Far From the Headlines: People of Haiti live in fear of brutal gang violence

What is the Haiti crisis about? 

Haiti is suffering from brutally violent armed gangs, who have encircled the capital, blocked main roads and control access to water, food, health care. Gangs have used sexual violence as a weapon to instill fear. 

Haiti’s military is small and only modestly equipped. The Haitian National Police (HNP) is unable to fully contain the outbreak of violence and needs international support so that Haitians can return to a situation where they can go about their daily lives without the fear of being murdered, displaced, kidnapped, or raped. 

Media reports suggest that 162 armed gangs with 3,000 “soldiers“exert some control over around 80 per cent of the capital. 

Cité Soleil, Port-au-Prince Photo: UNOCHA/Giles Clarke
Cité Soleil, Port-au-Prince Photo: UNOCHA/Giles Clarke

   

Background on the situation 

Haiti became independent in 1804 after a rebellion against France´s decision to reintroduce slavery. From 1915 to 1934 it was occupied by the USA.  

Haiti has experienced political instability and violence in long periods of its history.  From 1957 to 1986 Haiti was ruled by the dictatorship of the Duvalier family. Since then, there have been democratic and often irregular elections – a military coup and sporadic political violence. The USA sent armed forces to Haiti in in 1994 and 2004. 

The last elected President of Haiti, Jovenel Moïse, was assassinated in 2021. The killing left a vacuum of power at the highest level of Haitian government, but Ariel Henry has served as interim Prime Minister and President.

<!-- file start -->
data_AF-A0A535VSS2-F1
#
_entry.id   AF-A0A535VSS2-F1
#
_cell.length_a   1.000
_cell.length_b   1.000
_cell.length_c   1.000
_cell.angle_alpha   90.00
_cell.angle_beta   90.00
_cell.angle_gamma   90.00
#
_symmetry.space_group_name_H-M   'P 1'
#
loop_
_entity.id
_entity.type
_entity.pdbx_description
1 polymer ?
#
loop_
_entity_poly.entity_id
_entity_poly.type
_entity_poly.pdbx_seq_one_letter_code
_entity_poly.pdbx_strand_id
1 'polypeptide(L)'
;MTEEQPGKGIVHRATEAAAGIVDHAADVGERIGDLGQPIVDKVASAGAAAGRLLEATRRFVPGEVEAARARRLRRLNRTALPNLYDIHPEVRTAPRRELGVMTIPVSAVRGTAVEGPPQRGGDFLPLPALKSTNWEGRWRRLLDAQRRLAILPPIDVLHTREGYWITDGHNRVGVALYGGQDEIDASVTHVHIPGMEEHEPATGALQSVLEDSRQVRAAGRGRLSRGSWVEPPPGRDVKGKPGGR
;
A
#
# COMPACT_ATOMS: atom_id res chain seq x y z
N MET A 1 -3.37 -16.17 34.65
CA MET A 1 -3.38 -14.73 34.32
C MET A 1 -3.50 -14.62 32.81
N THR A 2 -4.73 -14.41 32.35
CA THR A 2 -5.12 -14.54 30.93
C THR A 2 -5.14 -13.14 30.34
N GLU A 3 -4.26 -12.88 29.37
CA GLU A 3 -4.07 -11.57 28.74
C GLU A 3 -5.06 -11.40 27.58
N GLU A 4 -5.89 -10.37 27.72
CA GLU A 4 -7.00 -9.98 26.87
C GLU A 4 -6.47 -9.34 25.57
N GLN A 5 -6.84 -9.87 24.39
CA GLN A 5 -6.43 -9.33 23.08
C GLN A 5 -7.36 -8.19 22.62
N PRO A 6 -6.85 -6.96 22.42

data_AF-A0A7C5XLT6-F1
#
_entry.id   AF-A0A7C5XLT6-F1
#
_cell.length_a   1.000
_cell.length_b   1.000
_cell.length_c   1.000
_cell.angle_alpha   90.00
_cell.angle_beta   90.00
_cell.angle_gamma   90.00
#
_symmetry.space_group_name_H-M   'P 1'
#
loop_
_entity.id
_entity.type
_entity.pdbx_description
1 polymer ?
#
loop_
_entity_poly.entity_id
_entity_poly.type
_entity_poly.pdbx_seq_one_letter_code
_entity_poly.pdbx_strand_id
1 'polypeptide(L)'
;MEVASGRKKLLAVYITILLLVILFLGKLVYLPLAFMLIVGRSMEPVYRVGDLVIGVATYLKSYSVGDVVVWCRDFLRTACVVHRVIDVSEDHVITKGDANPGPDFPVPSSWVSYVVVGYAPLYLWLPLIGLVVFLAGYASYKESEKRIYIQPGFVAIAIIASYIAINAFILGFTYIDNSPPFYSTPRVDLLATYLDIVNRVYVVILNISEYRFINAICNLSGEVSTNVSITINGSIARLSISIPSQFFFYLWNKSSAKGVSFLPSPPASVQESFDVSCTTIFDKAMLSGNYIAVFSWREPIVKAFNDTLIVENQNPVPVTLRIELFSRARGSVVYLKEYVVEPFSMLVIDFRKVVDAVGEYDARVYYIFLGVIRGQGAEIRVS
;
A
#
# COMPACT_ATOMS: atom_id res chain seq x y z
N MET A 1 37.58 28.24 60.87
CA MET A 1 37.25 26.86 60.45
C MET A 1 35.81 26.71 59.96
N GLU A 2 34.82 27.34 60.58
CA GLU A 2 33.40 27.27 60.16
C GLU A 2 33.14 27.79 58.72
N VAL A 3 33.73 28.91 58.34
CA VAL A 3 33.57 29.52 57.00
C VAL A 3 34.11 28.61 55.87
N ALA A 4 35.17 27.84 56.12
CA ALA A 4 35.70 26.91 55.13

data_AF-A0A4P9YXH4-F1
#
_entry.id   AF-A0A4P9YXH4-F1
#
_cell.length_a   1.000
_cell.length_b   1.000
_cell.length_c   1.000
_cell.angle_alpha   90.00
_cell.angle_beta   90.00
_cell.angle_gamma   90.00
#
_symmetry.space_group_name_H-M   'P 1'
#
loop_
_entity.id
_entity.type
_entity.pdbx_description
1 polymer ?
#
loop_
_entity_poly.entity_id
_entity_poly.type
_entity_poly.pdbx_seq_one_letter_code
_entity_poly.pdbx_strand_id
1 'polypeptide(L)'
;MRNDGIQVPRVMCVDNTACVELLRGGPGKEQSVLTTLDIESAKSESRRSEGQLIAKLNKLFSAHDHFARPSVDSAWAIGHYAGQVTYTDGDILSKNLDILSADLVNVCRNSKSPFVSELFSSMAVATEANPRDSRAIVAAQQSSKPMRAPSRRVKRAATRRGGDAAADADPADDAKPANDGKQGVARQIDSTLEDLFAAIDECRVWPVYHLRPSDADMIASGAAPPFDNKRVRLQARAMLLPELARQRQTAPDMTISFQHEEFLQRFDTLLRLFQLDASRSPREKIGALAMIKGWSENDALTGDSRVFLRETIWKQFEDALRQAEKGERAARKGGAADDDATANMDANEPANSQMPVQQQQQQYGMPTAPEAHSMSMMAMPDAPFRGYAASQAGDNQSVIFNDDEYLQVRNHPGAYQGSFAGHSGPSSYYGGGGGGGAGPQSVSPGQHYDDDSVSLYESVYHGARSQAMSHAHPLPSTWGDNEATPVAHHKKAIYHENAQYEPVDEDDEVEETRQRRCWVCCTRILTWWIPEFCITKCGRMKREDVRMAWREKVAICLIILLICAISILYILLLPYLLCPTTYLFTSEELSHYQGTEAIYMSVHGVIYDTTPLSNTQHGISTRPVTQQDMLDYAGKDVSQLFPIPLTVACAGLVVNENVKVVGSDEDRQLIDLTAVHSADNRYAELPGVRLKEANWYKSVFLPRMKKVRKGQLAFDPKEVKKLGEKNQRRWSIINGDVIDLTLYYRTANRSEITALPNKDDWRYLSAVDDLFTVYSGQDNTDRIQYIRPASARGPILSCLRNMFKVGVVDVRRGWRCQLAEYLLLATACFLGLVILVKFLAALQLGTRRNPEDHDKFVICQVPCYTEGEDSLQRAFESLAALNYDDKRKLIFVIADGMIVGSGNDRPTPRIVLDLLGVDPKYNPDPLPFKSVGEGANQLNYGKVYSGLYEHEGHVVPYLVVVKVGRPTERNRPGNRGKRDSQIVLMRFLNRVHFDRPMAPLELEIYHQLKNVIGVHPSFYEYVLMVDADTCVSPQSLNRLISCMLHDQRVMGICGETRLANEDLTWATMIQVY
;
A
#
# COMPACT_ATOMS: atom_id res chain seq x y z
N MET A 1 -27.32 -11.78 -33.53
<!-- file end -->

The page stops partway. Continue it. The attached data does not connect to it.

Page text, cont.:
Aerial view of Port-au-Prince. Photo: WFP/Theresa Piorr
Aerial view of Port-au-Prince. Photo: WFP/Theresa Piorr

Impact on Haitian people and the environment 

Haiti is wracked by violence that has escalated to unprecedented levels.  

Between 1 January and 9 September in 2023, 3,000 homicides were reported; there were also over 1,500 victims of kidnapping for ransom. The UN says that some 200,000 people (half of whom are children) have been forced to flee their homes because it’s just too dangerous to remain. Tens of thousands of children are unable to attend school due to insecurity. 

One in two Haitians lives in extreme poverty, suffers from hunger, and does not have regular access to drinking water. 

In addition to hurricanes, which ravaged the country in 2008, a devastating earthquake hit Haiti in 2010 which killed 316,000 people and left more than one million Haitians were left homeless. Despite an international effort to provide aid Haiti has still not fully recovered. 

Iler Cambronne shows a heavy bunch of plantains. His produce is distributed to schools as part of WFP’s home-grown school feeding approach in Haiti. Photo: WFP/Pedro Rodrigues
Iler Cambronne shows a heavy bunch of plantains. His produce is distributed to schools as part of WFP’s home-grown school feeding approach in Haiti. Photo: WFP/Pedro Rodrigues

UN Response to the Crisis in Haiti